Homeschooling from an apartment in the middle of a city continued to be difficult, but our quantity and quality time together was a priceless treasure. My daughters’ bonds deepened through their shared awkward and new experiences. Meeting new people and encountering cultures so different from our own transformed how we viewed our place in the world. My husband’s work proved challenging yet rewarding, and he thrived in his new role. Our marriage of 17 years grew stronger as we communicated and leaned on each other for support. As a family we grew roots together in ways we’d never done in our easily distracted, suburban lifestyle. Our life back in Kansas City was truly blessed, yet it was time for us to carry the lessons and memories of those blessings into a new way of doing home. Being free from so many of the pressures of a family active in multiple sports, church activities, school functions, demanding careers, and packed social schedules (all good things in and of themselves!) meant we were free to dream about our family’s mission and goals going forward. If we wanted to raise daughters who will be women of influence for the kingdom of God then experiences like this were faith builders to that end.
One year later, we returned to our home in Kansas City one last time so we could place it on the market to sell. After a year of living a slightly nomadic, corporate life in Vancouver, BC my husband had been offered a new position in his company that seemed to be a perfect fit, so we accepted and planned a ‘permanent’ move to the Seattle, WA area. Walking back into the home we’d left a year before brought me to a full circle moment. I could’ve laugh-cried at the relief of knowing we’d done the hard, best thing. We imperfectly followed God through dark days and clumsily threw out our anchors of hope to Jesus. There were countless tears, worries, doubts, and fears but we locked up our home in Kansas City for the last time confident that God had sent us and continues to call us into new adventures. That kind of freedom can’t be found anywhere in our attempts to stay in life’s steady pond. Getting out in the open sea, tossing our anchor of hope to Jesus, and trusting him to be our guide is faith in action. Our deepest freedom was found in experiencing his faithful presence and purpose in uncharted waters of life, and we overflow in gratitude to our Heavenly Father who knew exactly what we needed all along.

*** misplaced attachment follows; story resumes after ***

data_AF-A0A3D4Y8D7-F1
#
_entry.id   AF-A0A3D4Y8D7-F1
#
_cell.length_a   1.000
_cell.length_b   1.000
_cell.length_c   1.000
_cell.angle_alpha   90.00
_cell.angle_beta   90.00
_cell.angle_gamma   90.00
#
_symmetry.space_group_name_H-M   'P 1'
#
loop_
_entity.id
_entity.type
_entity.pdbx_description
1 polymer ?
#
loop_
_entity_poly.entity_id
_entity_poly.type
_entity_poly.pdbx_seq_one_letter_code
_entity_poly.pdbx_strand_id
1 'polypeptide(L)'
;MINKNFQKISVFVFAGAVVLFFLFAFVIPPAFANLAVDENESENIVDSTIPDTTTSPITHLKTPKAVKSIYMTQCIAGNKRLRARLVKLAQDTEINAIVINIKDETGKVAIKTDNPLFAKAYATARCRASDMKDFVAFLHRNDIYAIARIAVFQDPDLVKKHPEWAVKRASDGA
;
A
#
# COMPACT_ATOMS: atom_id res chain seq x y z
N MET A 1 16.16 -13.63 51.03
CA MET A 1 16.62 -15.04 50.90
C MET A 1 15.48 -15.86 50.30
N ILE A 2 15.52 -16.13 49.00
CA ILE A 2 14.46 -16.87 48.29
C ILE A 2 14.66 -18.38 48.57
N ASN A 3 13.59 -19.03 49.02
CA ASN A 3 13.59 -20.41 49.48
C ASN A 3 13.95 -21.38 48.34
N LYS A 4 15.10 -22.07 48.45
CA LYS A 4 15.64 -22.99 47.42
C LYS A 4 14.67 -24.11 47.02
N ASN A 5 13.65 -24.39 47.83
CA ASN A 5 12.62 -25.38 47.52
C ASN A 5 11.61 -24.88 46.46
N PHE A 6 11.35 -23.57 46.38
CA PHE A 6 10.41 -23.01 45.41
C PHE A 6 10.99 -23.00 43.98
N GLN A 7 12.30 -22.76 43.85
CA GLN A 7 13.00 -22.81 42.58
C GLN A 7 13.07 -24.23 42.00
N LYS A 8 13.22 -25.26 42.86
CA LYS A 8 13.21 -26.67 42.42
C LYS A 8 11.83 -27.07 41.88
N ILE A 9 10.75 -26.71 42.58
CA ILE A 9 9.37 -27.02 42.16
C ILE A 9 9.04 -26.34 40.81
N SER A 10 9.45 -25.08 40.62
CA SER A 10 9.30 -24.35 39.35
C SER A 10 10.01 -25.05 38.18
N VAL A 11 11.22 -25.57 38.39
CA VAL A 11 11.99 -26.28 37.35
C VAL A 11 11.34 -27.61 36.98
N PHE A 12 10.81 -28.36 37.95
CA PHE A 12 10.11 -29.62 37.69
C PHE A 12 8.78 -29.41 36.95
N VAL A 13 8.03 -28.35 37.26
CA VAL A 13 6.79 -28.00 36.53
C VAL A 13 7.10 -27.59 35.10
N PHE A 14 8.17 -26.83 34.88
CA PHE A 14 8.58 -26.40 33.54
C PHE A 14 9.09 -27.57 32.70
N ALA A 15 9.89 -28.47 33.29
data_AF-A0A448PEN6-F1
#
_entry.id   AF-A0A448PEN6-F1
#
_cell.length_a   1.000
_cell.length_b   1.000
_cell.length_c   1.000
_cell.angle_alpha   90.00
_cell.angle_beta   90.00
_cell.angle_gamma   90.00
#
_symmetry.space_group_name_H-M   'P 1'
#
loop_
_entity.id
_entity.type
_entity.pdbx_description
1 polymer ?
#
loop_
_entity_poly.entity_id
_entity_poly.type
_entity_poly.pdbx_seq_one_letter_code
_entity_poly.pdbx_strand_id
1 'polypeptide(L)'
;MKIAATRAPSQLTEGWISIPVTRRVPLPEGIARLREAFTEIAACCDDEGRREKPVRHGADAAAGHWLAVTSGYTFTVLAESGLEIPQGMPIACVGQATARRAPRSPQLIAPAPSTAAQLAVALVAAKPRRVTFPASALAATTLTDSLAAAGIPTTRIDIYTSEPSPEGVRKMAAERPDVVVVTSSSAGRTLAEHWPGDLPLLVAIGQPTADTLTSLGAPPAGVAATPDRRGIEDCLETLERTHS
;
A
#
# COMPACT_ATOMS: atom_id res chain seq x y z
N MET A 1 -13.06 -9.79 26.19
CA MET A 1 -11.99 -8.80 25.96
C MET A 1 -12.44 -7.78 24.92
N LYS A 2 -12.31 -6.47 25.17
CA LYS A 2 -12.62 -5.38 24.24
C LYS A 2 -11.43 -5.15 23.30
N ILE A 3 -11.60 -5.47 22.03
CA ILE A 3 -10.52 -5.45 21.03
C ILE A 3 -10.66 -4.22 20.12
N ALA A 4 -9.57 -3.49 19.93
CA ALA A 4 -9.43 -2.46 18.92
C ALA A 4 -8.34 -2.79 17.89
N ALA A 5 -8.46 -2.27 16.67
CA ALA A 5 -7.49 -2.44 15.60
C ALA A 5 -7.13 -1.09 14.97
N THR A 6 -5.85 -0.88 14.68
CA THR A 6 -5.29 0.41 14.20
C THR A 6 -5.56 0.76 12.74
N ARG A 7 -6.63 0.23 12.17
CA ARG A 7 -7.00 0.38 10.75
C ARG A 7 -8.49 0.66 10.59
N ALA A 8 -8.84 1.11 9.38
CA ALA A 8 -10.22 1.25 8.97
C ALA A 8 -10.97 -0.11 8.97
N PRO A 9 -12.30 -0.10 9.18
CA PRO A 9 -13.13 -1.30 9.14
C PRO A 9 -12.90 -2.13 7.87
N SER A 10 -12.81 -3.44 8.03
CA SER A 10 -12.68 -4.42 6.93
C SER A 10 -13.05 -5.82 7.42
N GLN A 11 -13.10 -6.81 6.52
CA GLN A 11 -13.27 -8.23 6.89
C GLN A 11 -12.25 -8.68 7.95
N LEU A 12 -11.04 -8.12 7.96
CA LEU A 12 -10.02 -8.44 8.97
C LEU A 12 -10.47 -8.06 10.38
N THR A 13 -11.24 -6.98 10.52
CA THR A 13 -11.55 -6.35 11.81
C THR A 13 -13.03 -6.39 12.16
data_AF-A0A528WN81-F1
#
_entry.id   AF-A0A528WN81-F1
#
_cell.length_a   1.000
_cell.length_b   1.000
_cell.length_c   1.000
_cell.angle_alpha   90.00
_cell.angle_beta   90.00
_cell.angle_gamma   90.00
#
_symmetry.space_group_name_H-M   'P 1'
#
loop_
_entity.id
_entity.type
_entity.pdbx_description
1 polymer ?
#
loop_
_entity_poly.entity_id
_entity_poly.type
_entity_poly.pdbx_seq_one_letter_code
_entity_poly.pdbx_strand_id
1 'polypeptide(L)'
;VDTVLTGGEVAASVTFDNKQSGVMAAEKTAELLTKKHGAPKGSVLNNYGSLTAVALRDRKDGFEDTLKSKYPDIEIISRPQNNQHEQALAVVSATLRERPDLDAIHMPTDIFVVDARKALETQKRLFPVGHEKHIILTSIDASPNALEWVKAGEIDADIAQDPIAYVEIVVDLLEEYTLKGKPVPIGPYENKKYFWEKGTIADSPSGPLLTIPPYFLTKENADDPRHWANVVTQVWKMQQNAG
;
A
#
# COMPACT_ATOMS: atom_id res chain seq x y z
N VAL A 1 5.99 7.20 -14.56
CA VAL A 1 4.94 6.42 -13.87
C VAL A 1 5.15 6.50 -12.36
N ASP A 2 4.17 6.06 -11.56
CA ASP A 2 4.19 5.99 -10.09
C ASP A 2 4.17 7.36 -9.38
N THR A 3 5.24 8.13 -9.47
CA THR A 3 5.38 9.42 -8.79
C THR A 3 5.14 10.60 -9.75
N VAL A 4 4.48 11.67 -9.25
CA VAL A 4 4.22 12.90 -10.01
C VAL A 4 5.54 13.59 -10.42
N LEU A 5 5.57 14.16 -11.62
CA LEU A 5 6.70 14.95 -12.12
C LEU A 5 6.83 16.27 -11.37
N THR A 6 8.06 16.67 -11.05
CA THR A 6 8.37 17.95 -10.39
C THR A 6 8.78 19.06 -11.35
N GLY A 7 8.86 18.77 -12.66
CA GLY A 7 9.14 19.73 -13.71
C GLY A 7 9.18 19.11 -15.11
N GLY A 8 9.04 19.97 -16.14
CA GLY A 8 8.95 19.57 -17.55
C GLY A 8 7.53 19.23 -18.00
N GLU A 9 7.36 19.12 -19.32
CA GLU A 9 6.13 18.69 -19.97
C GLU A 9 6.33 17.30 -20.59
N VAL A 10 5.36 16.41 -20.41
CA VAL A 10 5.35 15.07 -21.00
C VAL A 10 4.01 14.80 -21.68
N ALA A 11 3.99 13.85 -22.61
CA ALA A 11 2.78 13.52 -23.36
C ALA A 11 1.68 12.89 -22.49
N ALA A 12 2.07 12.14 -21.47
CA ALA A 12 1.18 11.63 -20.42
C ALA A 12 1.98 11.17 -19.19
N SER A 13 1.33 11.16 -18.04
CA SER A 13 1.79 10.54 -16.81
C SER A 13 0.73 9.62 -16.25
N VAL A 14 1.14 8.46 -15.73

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Jena Meyerpeter fell in love with words as a little girl tucked away in the aisles of her father’s used bookstores. Today, Jena’s love of words continues as she writes and speaks on all topics faith and family. You can find more of Jena’s writings at JenaMeyerpeter.com and follow her and her family’s adventures on Instagram.
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Special thanks to Andrew Neel of Unsplash for the pictures to accompany this post.
“Have I not commanded you? Be strong and courageous. Do not be afraid; do not be discouraged, for the Lord your God will be with you wherever you go.”
Imagine someone with control issues trying to plan their way up a mountain, where thick fog is obscuring the way forward. As a controlling planner myself, let me share with you what the potential thought process might be for our adventurer as they consider the daunting task ahead.
Who knows how long this will take? Will I get there before dark? If this takes longer than I’m expecting, I’ll definitely be late/frustrated/anxious. What if I get lost? How will I shout out for help? Would I go back down? Or keep climbing up? What if this view isn’t worth it?
My friends and the youth from our church did a hike the other day that literally embodied this foggy mountain climb that I’ve been imagining. (Shout out to my friends Mary Gin and Becky for sharing their foggy pictures to help tell my story). Confession: this control freak would have been a bit anxious on that particular hike.
I often claim to believe and trust that God is in control. But let me be honest; my life has often looked a lot more like a tug of war with God. A power struggle that I’m bound to lose, but I fight tooth and nail to win anyway. Sometimes, this is a very subconscious process. But regardless, I admit that I have control issues. I fear letting go, and I definitely fear trusting anyone other than myself to lead the way… even God.